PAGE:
Note that, as already mentioned in the Twitter comments, pain lands are legal. Some should likely replace Mana Confluence, although that land does have minor utilty for casting Startling Development. Likewise, various nonland cards deserve another look as well. The most notable one is, naturally, Hollow One. Casting it would be easy for this deck, and it might be even better than Lurrus. It clearly adds more explosivesness and acts as as a workaround for excessive graveyard hate, which already disables Flare and Manifestation here.


Opinions expressed in this article are those of the author and not necessarily Cardmarket.



4 Comments

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nesdavid(11.05.2020 18:23)

There's a different pioneer cycling deck that is working good in pioneer challenges: https://www. Mtggoldfish. Com/deck/3007555#online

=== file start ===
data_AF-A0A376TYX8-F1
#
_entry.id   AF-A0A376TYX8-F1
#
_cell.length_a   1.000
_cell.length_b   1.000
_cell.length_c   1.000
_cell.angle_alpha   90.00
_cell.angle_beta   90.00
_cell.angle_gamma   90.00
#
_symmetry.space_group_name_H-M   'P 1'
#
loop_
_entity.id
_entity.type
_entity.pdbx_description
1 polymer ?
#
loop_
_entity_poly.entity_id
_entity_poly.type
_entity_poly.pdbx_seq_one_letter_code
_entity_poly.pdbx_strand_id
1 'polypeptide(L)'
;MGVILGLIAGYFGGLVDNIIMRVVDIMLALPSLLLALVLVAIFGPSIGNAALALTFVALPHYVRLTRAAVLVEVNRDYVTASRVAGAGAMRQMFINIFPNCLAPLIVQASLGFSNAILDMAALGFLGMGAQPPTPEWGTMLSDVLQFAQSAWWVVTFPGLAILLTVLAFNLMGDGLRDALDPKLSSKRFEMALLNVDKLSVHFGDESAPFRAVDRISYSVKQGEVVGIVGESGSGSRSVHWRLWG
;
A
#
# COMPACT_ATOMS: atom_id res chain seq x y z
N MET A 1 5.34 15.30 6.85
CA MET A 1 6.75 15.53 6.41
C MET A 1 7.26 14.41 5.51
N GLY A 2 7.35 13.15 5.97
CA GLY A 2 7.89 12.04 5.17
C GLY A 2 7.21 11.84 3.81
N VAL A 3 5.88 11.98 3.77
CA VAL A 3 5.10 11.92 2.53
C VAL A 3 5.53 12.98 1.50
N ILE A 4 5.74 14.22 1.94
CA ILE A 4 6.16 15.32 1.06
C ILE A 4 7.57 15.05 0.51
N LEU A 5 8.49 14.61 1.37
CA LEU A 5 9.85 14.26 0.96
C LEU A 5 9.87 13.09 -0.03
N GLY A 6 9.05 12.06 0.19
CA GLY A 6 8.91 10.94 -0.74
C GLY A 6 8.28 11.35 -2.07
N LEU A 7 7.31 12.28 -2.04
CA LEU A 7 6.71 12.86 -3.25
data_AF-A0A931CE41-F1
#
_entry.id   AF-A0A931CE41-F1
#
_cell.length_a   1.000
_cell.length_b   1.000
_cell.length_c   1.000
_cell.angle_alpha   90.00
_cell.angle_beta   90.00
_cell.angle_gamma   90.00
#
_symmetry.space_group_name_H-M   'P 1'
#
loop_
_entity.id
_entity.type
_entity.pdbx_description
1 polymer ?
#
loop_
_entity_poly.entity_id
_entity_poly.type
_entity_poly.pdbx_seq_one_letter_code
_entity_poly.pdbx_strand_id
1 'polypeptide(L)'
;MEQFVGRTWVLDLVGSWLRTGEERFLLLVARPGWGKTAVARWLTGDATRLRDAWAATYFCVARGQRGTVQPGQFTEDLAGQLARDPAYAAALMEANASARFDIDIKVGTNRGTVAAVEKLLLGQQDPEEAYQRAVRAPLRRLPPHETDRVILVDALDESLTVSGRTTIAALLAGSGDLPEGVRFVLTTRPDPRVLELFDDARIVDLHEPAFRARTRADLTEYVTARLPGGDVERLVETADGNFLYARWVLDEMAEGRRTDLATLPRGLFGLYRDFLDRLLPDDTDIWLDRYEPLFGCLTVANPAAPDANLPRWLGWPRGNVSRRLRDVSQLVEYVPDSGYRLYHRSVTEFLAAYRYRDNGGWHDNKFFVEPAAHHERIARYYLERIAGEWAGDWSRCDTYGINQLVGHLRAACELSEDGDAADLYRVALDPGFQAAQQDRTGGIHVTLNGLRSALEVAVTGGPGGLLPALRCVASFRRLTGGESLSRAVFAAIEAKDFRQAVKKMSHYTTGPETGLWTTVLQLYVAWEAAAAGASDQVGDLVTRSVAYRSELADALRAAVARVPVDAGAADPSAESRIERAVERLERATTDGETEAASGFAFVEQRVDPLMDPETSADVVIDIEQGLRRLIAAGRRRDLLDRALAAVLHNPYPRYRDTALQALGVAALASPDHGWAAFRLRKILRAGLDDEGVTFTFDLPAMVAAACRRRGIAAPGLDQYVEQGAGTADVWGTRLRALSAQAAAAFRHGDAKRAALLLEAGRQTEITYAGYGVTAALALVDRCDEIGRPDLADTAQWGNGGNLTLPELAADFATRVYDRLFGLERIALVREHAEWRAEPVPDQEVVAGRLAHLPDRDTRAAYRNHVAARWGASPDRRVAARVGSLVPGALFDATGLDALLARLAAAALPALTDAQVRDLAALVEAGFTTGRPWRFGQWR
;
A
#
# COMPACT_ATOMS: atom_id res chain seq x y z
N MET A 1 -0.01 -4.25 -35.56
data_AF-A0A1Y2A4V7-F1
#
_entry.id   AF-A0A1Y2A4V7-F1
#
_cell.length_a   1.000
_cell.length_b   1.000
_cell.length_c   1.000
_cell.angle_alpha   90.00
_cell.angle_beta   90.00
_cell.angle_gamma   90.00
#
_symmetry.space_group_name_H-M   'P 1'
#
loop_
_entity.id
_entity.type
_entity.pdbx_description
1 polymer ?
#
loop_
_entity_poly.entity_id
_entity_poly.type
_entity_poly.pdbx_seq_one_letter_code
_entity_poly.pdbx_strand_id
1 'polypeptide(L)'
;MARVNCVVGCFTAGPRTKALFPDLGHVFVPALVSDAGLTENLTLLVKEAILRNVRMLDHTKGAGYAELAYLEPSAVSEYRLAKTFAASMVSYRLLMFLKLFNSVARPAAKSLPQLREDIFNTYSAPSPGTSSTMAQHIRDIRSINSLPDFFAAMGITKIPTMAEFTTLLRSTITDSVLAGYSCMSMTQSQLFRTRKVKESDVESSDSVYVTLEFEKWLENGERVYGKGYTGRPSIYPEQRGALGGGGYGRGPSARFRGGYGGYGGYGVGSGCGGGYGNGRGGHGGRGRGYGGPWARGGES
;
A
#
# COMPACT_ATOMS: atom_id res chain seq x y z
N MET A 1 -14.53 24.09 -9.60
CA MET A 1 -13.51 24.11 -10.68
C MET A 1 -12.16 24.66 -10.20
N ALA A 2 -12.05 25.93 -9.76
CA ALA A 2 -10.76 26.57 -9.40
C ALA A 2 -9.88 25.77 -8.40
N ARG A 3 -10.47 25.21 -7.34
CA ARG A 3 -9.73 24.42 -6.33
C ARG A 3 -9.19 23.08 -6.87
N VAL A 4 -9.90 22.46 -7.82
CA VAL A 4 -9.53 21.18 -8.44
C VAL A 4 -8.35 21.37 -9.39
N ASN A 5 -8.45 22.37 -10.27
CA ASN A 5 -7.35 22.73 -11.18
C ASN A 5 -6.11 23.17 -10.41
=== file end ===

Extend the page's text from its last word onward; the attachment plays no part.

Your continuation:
ElonThragtusk
ElonThragtusk(11.05.2020 23:57)

Nesdavid
And here I was, wondering about how come a cycling deck in Pioneer doesn't have a single companion just a day ago... Whoever made this is an absolute genius, this list seems quite a bit stronger. Guess it just flew over my head somehow, so thank you very much for sharing it!

redfireant(10.05.2020 17:04)

How about irencrag pyromancer gives a Blokker and 3damage each turn even in the opponents turn when you cycle twice

ElonThragtusk
ElonThragtusk(11.05.2020 23:50)

Redfireant
It is definitely viable and people are satisfied with it, but only as a sideboard option for when you're certain you'll face many aggro decks.
I'd say it is way too slow to make it to the mainboard (note how all creatures only cost 2 mana), which is not to mention that it's basically entirely set in stone anyway. As I've already mentioned, though, there is a whole lot of sideboard options - so much, in fact, I've forgot to list some (and Irencrag is one of them) ;)